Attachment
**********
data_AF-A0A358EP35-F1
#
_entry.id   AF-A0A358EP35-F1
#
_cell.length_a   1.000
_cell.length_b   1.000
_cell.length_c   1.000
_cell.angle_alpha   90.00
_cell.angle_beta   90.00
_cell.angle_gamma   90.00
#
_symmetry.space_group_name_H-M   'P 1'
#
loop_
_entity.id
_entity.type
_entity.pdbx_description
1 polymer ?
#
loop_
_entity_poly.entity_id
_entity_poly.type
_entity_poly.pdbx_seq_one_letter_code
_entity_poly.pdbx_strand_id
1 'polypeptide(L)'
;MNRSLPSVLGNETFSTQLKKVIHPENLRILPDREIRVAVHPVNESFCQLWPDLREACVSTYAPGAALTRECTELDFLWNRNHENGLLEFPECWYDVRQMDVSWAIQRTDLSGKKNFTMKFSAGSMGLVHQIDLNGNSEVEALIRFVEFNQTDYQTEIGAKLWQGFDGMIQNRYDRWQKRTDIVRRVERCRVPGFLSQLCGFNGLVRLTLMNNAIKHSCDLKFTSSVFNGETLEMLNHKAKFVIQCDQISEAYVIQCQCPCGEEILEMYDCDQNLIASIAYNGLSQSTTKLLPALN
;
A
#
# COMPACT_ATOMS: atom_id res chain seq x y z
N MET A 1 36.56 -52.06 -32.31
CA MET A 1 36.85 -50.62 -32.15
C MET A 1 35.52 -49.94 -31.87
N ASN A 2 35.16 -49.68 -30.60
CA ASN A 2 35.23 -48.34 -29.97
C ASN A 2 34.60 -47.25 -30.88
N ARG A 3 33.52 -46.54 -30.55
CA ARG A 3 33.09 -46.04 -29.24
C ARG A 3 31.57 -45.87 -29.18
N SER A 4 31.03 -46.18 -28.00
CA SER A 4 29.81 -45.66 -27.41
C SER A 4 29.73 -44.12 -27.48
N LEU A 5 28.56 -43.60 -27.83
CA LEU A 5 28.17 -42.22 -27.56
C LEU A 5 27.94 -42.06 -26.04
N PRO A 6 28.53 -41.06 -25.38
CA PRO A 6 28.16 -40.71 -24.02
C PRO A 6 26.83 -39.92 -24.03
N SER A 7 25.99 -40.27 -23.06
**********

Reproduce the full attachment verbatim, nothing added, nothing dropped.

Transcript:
data_AF-A0A358EP35-F1
#
_entry.id   AF-A0A358EP35-F1
#
_cell.length_a   1.000
_cell.length_b   1.000
_cell.length_c   1.000
_cell.angle_alpha   90.00
_cell.angle_beta   90.00
_cell.angle_gamma   90.00
#
_symmetry.space_group_name_H-M   'P 1'
#
loop_
_entity.id
_entity.type
_entity.pdbx_description
1 polymer ?
#
loop_
_entity_poly.entity_id
_entity_poly.type
_entity_poly.pdbx_seq_one_letter_code
_entity_poly.pdbx_strand_id
1 'polypeptide(L)'
;MNRSLPSVLGNETFSTQLKKVIHPENLRILPDREIRVAVHPVNESFCQLWPDLREACVSTYAPGAALTRECTELDFLWNRNHENGLLEFPECWYDVRQMDVSWAIQRTDLSGKKNFTMKFSAGSMGLVHQIDLNGNSEVEALIRFVEFNQTDYQTEIGAKLWQGFDGMIQNRYDRWQKRTDIVRRVERCRVPGFLSQLCGFNGLVRLTLMNNAIKHSCDLKFTSSVFNGETLEMLNHKAKFVIQCDQISEAYVIQCQCPCGEEILEMYDCDQNLIASIAYNGLSQSTTKLLPALN
;
A
#
# COMPACT_ATOMS: atom_id res chain seq x y z
N MET A 1 36.56 -52.06 -32.31
CA MET A 1 36.85 -50.62 -32.15
C MET A 1 35.52 -49.94 -31.87
N ASN A 2 35.16 -49.68 -30.60
CA ASN A 2 35.23 -48.34 -29.97
C ASN A 2 34.60 -47.25 -30.88
N ARG A 3 33.52 -46.54 -30.55
CA ARG A 3 33.09 -46.04 -29.24
C ARG A 3 31.57 -45.87 -29.18
N SER A 4 31.03 -46.18 -28.00
CA SER A 4 29.81 -45.66 -27.41
C SER A 4 29.73 -44.12 -27.48
N LEU A 5 28.56 -43.60 -27.83
CA LEU A 5 28.17 -42.22 -27.56
C LEU A 5 27.94 -42.06 -26.04
N PRO A 6 28.53 -41.06 -25.38
CA PRO A 6 28.16 -40.71 -24.02
C PRO A 6 26.83 -39.92 -24.03
N SER A 7 25.99 -40.27 -23.06